Seventeenth Sunday after Pentecost
The Woman of Canaan
Matthew 15: 21-28
From The Explanation of the Gospel of St. Matthew
by Blessed Theophylact, Archbishop of Ochrid and Bulgaria
21-23. Then Jesus went thence, and departed into the region of Tyre and Sidon. And behold, a woman of Canaan came from that region, and cried unto Him, saying, Have mercy on me, O Lord, Thou Son of David; my daughter is grievously vexed with a demon. But He answered her not a word. Why did He not allow the disciples to go by way of the Gentiles [Mt. 10:5], while He Himself went to Tyre and Sidon, which were Gentile cities? Learn then, that He did not go there to preach, since, as Mark says, He hid Himself [Mk. 7:24]. But rather, when He saw that the Pharisees had not accepted His words about food, He went to the Gentiles. The woman said, "Have mercy, not on my daughter, who is unconscious, but on me who am suffering and experiencing these terrible things." And she did not say, "Come and heal," but Have mercy. He did not answer her a word, not out of contempt, but to show that He had come, in the first place, for the Jews, and to shut the mouths of those Jews who might later slanderously accuse Him of doing good to Gentiles. He also refrained from answering her so that He might reveal the persevering faith of the woman.
23-24. And His disciples came and besought Him, saying, Send her away; for she crieth after us. But He answered and said, I am sent only unto the lost sheep of the house of Israel. The disciples were oppressed by the cry of the woman and so begged Christ to send her away. They did this, not out of a lack of compassion, but rather with the desire to persuade the Lord to have mercy on her. But He said, "I am sent only unto to the Jews, who are lost sheep because of the wickedness of those shepherds to whom they have been entrusted." In this manner He discloses more fully the faith of the woman.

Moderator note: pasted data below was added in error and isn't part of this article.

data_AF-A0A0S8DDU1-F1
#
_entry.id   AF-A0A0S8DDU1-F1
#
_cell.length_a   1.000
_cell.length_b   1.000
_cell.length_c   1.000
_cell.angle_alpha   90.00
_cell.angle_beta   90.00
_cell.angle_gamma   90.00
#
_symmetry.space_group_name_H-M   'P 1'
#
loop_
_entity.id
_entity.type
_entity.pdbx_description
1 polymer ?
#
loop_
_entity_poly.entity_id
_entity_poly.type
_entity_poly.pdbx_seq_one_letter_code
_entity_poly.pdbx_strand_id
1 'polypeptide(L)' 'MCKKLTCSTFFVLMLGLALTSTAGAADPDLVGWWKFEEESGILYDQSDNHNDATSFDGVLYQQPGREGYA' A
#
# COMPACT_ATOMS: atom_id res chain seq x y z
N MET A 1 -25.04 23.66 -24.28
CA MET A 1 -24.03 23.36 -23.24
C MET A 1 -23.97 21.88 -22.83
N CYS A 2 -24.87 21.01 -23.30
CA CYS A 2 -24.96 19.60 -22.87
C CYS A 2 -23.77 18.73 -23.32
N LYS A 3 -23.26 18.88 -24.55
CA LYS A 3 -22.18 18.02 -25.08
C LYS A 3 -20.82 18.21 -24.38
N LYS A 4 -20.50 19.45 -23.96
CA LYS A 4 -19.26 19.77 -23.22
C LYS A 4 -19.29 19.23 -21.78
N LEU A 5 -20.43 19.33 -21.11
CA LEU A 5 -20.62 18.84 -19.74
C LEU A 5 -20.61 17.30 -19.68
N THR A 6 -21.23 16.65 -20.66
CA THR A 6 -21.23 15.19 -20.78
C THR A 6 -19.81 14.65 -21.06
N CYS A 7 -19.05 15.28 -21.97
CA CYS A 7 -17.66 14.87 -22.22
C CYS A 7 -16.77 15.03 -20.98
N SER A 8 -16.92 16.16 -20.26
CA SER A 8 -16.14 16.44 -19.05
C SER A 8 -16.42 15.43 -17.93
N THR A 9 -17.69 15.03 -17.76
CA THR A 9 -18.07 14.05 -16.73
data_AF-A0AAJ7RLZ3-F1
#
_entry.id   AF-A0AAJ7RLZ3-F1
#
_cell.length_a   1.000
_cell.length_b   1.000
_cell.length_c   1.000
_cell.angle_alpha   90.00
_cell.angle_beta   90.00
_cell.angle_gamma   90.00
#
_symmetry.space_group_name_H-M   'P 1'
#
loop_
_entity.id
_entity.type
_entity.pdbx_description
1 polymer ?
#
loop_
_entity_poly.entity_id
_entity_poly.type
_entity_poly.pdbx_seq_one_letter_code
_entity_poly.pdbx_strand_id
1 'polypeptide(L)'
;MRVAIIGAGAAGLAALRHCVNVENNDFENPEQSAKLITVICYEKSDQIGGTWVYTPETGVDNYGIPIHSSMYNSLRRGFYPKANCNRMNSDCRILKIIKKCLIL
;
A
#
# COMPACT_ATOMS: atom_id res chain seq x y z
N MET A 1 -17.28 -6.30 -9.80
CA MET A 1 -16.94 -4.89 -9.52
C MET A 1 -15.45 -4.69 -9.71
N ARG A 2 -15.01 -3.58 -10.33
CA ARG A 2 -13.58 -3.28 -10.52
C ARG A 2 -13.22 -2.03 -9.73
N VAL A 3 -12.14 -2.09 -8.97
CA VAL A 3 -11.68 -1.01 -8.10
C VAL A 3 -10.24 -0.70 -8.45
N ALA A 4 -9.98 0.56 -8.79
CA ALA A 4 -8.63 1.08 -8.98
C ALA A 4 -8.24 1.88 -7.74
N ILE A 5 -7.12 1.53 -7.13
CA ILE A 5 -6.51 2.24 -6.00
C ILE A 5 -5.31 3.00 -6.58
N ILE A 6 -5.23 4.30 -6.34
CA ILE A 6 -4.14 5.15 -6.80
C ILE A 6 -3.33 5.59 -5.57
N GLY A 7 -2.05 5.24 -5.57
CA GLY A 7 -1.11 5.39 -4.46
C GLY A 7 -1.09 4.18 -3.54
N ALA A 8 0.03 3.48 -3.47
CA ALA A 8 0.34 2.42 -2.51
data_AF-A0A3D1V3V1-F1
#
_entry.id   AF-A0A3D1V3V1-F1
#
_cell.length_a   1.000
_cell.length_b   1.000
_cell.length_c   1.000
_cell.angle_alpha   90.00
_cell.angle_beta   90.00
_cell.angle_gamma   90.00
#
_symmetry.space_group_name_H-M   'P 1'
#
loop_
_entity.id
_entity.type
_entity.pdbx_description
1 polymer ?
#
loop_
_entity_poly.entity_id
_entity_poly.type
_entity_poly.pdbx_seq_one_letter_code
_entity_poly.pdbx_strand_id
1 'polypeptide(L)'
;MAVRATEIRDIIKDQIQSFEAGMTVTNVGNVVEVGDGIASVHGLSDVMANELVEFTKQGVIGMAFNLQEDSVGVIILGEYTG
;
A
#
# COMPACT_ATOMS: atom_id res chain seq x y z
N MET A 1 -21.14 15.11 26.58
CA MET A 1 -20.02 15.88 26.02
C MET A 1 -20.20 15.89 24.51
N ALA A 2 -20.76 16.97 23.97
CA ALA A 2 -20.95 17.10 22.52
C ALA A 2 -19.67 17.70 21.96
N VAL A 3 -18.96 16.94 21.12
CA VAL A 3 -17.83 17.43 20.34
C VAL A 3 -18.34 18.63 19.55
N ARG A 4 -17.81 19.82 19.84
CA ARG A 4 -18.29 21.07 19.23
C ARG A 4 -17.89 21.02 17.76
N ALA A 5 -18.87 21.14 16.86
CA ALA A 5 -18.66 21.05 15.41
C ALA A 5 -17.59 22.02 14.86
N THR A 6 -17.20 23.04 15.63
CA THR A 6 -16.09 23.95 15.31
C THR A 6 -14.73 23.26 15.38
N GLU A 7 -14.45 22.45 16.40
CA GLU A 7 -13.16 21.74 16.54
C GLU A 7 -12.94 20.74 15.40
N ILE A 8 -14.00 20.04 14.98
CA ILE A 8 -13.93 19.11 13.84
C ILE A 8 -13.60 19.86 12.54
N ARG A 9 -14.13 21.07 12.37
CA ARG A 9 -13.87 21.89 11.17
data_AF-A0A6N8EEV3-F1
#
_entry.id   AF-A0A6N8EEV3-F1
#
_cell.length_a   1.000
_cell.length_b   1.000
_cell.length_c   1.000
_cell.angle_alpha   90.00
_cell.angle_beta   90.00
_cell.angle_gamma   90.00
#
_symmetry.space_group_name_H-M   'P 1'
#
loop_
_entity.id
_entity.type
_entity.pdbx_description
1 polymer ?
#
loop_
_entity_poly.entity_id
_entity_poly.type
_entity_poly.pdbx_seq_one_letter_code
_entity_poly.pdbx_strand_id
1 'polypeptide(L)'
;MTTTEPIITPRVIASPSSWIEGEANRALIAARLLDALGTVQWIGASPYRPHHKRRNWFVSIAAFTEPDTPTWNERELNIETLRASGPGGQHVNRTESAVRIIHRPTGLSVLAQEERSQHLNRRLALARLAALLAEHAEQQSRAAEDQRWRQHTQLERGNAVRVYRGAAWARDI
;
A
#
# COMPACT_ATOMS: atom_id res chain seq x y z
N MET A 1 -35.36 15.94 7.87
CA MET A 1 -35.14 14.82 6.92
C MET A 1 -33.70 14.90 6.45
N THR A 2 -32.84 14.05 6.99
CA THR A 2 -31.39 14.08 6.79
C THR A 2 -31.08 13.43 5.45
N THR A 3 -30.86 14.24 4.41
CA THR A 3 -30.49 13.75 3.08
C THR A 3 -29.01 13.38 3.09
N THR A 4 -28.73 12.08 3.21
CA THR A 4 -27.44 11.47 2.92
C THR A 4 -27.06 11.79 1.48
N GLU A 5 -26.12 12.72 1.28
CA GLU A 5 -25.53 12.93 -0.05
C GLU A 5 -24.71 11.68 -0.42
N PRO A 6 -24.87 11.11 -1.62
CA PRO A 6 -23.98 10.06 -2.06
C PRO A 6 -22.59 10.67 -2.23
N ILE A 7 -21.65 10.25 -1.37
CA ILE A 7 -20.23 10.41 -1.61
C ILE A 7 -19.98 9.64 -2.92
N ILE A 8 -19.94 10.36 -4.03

25-27. Then came she and fell prostrate before Him, saying, Lord, help me. But He answered and said, It is not meet to take the childrenâ€™s bread, and to cast it to dogs. And she said, Yea, Lord: yet even the dogs eat of the crumbs which fall from their mastersâ€™ table. When the woman saw that her advocates, the Apostles, had not succeeded, again she approaches fervently and calls upon the Lord. Christ speaks of her as a dog, because the Gentiles led an unclean life and were involved with the blood of meat sacrificed to idols, while the Jews He speaks of as children. But she answers wisely and indeed profoundly, "Even though I am a dog and not worthy to receive a loaf of bread, that is, a mighty act and a great sign, nevertheless grant this to me which is a small thing by comparison with Thy power, though to me it is great. For crumbs are not large in the eyes of those who eat loaves, but to dogs they are large, and they feed on them."
28. Then Jesus answered and said unto her, O woman, great is thy faith: be it unto thee even as thou wilt. And her daughter was made whole from that very hour. Now Jesus shows the reason why He put off healing her at the beginning: So that the faith and understanding of the woman might be made manifest, Christ did not immediately give His assent at the beginning and even drove her away. But now when her faith has been revealed she hears the words of praise, Great is thy faith. By saying, Be it unto thee even as thou wilt, Christ showed that if she had not had faith she would not have obtained her request. So, too, if we desire to obtain something, nothing prevents us from obtaining what we desire. Notice that even if saints should ask on our behalf, as the Apostles did for the woman, still, we accomplish even more when we ask for ourselves. The Canaanite woman is also a symbol of the Church gathered from among the Gentiles. For Gentiles who first were even driven away, later were advanced to the rank of sons and were deemed worthy of the Bread, I mean, the Body of the Lord; while the Jews became dogs, thinking that they were being fed by the crumbs, that is, the minute and insignificant details of the letter of the law. Tyre means "besieged," Sidon, "they who hunt," and Canaan, "made ready by humility." Therefore the Gentiles, who were besieged by evil in that the demons were among them hunting for souls, were also made ready by humility. For the righteous were made ready for the heights of the kingdom of God.